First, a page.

Read More »

Complex and interconnected risks of ASB

Misuse of public spaces and amenities, and disregard for community safety may cause significant property, environmental damage, and injury to staff and the public. ASB presents a complex variety of interconnected exposures to LGIS members across liability, property, and workers’ compensation.

Noisy, aggressive, rowdy, and intimidating behaviour can contribute to high stress environments for local government workers, impacting a worker’s sense of safety. It’s difficult to quantify exactly how many claims have been received due to ASB as it can impact a range of claims reasons including exposure to a traumatic event, exposure to workplace or occupational violence, work pressure, and other psychological factors.

From a liability perspective local government has a responsibility to make best endeavours to mitigate the immediate and insidious impacts of ASB on staff and the public who use its facilities. The Work, Health and Safety Act (WA) 2020 outlines the obligations of a PCBU (person conducting a business or undertaking), or employer/local government, to provide a safe working environment.

In practical terms, the most likely liability risk would be a personal injury claim based on negligence alleged against the member. For example, a claim that alleges a breach of duty of care on the part of the local government for failing to, or inadequately protecting patrons and visitors to a facility against a risk of foreseeable injury. To ensure a good defence the member needs to be able to demonstrate that they have considered the risk and are taking reasonable steps to ensure public safety.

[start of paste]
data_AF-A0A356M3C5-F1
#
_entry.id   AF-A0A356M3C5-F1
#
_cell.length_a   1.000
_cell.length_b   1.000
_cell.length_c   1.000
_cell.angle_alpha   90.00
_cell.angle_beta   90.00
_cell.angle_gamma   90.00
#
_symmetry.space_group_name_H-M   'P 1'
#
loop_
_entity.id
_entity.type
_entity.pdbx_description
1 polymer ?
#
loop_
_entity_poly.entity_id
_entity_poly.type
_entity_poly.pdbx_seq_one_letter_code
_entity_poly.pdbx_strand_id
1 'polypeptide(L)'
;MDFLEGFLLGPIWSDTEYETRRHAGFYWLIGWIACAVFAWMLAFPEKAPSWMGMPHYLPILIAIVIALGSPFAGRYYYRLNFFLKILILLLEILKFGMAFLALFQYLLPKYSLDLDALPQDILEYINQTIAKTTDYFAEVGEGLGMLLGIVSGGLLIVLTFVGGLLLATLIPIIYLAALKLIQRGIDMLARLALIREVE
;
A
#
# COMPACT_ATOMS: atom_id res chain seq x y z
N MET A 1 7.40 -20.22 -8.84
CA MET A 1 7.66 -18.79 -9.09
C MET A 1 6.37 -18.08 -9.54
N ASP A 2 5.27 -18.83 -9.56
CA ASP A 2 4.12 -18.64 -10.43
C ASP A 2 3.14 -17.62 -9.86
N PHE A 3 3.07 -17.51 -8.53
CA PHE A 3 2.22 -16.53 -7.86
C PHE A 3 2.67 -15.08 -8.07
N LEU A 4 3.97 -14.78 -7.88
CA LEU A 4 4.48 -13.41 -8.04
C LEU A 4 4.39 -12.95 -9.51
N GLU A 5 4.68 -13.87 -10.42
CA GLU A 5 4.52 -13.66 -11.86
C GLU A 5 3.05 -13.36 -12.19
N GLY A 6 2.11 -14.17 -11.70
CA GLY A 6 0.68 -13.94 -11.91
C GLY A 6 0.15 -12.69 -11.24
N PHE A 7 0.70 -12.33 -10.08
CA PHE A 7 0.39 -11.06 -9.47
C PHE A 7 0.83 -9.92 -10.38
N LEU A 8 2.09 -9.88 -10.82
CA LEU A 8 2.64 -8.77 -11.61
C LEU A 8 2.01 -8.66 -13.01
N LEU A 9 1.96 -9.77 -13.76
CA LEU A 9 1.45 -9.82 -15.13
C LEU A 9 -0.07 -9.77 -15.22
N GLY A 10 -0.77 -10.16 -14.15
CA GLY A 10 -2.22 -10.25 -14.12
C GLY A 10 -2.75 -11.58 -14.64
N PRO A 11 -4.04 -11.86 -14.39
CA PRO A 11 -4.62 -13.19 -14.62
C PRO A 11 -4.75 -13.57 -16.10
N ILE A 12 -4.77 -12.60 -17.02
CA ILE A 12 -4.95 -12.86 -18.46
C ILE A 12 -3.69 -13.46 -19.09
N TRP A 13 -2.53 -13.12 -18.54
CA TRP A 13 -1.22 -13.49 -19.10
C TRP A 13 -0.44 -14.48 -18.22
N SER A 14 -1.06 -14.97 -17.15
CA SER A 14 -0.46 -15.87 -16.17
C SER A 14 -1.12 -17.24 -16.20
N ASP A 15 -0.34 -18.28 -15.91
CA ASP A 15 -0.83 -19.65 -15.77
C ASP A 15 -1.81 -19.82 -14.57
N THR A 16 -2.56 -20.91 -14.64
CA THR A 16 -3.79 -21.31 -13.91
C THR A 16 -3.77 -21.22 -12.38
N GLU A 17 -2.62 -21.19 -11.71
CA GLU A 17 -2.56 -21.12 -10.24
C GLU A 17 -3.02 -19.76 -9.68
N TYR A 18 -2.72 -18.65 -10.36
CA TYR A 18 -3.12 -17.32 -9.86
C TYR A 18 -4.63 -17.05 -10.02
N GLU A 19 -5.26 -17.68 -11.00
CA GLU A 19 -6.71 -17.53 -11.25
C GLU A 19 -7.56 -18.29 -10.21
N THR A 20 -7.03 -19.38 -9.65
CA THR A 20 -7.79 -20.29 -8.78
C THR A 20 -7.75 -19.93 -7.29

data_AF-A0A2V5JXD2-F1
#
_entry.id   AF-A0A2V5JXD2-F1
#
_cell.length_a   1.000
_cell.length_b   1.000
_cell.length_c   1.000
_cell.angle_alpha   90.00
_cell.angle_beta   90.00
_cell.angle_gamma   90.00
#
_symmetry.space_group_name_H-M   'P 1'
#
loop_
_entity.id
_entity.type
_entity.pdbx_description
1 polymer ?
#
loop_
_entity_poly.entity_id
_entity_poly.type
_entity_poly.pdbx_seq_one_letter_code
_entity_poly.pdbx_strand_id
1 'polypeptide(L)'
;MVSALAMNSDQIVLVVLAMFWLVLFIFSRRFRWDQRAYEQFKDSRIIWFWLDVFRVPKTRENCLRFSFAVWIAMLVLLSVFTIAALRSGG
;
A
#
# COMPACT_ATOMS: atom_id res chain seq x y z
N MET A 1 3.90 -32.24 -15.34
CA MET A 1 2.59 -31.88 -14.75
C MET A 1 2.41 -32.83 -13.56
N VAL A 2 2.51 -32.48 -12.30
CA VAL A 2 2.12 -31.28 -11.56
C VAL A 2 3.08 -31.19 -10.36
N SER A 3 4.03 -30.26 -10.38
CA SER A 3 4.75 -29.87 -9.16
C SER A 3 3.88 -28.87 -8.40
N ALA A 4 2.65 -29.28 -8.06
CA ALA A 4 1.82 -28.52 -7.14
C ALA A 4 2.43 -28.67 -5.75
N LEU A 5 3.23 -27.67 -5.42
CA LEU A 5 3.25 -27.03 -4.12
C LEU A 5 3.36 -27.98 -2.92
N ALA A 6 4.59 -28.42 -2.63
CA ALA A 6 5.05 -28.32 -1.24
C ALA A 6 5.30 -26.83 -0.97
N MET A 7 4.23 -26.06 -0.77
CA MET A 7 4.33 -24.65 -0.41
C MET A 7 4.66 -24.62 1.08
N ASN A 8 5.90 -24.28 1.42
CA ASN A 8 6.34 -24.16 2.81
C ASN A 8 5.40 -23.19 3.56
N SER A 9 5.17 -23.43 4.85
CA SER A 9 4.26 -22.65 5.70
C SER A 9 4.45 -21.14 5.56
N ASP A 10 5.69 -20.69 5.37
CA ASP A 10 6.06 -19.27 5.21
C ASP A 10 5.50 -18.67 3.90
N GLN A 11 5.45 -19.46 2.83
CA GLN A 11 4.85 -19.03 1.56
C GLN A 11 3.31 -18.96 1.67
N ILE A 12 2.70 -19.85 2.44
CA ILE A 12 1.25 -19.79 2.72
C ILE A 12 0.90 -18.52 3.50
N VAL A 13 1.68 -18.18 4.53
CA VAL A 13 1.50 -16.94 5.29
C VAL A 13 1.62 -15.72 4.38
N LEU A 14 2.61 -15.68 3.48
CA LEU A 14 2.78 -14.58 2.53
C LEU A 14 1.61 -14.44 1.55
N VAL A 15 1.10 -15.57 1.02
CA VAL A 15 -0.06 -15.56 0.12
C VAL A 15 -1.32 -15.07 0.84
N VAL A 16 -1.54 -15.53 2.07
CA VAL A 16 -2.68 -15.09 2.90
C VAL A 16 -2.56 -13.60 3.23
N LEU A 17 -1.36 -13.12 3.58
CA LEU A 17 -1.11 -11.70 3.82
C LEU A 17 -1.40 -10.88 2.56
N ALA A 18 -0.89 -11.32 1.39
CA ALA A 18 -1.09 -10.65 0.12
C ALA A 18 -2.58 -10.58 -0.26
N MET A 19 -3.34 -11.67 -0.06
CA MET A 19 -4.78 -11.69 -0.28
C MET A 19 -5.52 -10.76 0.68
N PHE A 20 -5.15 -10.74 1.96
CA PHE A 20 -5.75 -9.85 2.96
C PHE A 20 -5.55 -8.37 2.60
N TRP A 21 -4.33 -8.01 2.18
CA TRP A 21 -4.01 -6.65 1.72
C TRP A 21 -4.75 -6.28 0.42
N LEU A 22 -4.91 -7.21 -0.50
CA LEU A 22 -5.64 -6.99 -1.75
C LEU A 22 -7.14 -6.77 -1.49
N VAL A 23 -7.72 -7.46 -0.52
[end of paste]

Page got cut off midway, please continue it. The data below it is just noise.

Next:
Damage to local government assets is another significant concern. From calendar years 2020 to 2024 LGIS received 1,034 property claims in relation to ASB (Graph 1). Property damage disrupts normal operations, has a financial impact, and puts a strain on already limited resources. If the damage happens to a community asset like a playground, library, or swimming pool, it can have a big impact on the wider community. The impact is even worse when these facilities must be temporarily closed because of ASB.

Graph 1: Number of LGIS property claims between 2020-2024 based on ASB activities

Tackling anti-social behaviour – a risk management approach

ASB is a complex issue and an on-going challenge for governments across all levels. The risk factors and causes of ASB are unique to the individual and community, so the approach used by each local government needs to be tailored to the specific situation. Addressing ASB takes a whole of community and multi-agency approach working across local, state, and federal government as well as not-for-profits.

Local government should take a risk management approach – identifying the hazards, assessing the risk, controlling the risks, and then reviewing the controls. By taking this approach members can demonstrate that the risks of ASB to staff, public and property are taken seriously and that it is turning its ‘mind’ to mitigating the consequences of ASB. Documentation is vital at each step of this process, both from a practical operational perspective and to ensure a strong defence if there is a claim.

A risk assessment will identify hot spot areas, times of the year when ASB increases, and key triggers. This will help to prioritise strategies to mitigate and prevent the risk of ASB activities.